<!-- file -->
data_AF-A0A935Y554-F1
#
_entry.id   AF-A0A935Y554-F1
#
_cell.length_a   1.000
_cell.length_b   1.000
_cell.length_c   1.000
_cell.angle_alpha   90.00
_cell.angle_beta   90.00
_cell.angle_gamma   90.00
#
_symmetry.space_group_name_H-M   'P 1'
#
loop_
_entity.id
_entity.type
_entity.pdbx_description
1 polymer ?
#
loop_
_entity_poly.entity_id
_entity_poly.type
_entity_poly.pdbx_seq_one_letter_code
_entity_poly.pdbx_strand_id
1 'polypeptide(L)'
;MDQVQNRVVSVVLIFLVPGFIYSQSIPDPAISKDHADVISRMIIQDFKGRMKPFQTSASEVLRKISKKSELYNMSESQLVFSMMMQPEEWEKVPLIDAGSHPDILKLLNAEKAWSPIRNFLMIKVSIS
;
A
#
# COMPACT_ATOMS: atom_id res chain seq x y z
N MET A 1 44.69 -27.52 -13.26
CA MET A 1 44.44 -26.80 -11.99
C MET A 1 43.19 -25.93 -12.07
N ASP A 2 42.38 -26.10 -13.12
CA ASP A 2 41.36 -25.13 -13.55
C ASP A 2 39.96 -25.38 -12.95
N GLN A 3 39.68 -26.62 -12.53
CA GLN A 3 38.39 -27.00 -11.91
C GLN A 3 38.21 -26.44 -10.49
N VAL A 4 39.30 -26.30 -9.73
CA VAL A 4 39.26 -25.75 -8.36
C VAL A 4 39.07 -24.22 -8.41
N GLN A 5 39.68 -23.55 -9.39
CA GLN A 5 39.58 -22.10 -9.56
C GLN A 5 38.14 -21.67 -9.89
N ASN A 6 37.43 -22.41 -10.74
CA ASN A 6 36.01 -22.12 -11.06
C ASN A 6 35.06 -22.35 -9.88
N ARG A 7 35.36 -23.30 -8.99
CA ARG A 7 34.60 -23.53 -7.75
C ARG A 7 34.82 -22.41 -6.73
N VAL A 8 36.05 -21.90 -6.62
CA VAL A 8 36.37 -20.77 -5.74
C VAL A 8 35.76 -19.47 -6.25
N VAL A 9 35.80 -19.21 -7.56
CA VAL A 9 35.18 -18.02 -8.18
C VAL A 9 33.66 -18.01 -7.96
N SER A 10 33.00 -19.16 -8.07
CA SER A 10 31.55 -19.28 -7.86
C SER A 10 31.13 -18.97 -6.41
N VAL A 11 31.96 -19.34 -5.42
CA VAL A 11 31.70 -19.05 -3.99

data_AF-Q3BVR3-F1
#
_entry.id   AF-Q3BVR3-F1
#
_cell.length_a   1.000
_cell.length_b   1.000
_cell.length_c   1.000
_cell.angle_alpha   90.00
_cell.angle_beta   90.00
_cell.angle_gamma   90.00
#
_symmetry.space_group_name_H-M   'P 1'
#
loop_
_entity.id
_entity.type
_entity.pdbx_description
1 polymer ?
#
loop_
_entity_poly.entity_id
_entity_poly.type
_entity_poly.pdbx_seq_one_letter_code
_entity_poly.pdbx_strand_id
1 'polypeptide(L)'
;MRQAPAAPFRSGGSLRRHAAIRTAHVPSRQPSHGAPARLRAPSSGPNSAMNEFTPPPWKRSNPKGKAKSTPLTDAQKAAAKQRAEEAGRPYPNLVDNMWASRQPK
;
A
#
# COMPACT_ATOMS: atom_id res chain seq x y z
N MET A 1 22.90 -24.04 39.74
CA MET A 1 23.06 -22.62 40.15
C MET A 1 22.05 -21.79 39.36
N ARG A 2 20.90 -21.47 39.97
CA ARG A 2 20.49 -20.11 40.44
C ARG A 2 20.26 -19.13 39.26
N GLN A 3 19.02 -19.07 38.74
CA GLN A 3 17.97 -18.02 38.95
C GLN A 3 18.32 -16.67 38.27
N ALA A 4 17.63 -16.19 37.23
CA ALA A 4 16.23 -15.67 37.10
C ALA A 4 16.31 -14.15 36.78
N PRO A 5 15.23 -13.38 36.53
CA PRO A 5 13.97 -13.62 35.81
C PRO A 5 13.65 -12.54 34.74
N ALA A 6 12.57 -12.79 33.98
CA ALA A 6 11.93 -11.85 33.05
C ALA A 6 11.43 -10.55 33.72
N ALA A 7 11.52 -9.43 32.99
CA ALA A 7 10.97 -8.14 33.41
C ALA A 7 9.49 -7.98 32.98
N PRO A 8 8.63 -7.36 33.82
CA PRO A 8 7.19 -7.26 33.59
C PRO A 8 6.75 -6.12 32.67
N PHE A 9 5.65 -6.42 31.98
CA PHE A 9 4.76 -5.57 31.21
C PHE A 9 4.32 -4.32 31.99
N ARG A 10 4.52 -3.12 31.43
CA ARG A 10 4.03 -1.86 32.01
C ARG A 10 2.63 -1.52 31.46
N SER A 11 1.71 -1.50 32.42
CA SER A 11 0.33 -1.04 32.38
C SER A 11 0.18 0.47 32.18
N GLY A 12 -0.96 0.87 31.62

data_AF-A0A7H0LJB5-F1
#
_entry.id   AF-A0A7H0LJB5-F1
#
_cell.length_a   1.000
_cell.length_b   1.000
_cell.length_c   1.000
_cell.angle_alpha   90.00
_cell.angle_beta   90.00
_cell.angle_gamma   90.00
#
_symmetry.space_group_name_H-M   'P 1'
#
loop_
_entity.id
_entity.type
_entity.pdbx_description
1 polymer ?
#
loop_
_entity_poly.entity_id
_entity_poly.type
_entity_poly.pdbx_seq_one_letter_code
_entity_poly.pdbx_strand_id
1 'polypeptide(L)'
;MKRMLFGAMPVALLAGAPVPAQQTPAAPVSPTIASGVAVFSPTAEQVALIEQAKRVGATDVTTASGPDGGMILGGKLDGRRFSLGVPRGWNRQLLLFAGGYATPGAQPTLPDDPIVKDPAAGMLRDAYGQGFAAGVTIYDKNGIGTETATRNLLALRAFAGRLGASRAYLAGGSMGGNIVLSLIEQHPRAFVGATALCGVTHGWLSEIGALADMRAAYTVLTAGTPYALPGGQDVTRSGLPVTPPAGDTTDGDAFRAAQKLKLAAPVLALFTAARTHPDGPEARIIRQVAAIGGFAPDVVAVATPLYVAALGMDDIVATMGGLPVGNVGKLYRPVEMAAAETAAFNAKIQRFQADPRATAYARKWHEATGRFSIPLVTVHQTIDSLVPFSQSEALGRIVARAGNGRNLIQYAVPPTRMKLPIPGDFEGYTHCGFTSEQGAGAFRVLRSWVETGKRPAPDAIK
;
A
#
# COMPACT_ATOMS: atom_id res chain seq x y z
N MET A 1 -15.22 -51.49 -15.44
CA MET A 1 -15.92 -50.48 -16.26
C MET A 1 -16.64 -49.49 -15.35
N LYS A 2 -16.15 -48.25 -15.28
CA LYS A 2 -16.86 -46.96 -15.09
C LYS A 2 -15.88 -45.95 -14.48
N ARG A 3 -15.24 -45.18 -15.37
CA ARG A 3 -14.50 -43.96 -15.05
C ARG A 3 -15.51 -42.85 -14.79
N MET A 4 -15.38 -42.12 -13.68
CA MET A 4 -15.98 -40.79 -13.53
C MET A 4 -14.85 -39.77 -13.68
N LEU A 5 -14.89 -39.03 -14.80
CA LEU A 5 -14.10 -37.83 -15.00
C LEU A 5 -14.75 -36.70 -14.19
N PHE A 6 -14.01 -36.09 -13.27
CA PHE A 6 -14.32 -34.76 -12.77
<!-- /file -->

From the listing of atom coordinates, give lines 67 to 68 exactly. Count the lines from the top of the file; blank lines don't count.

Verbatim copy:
_cell.length_a   1.000
_cell.length_b   1.000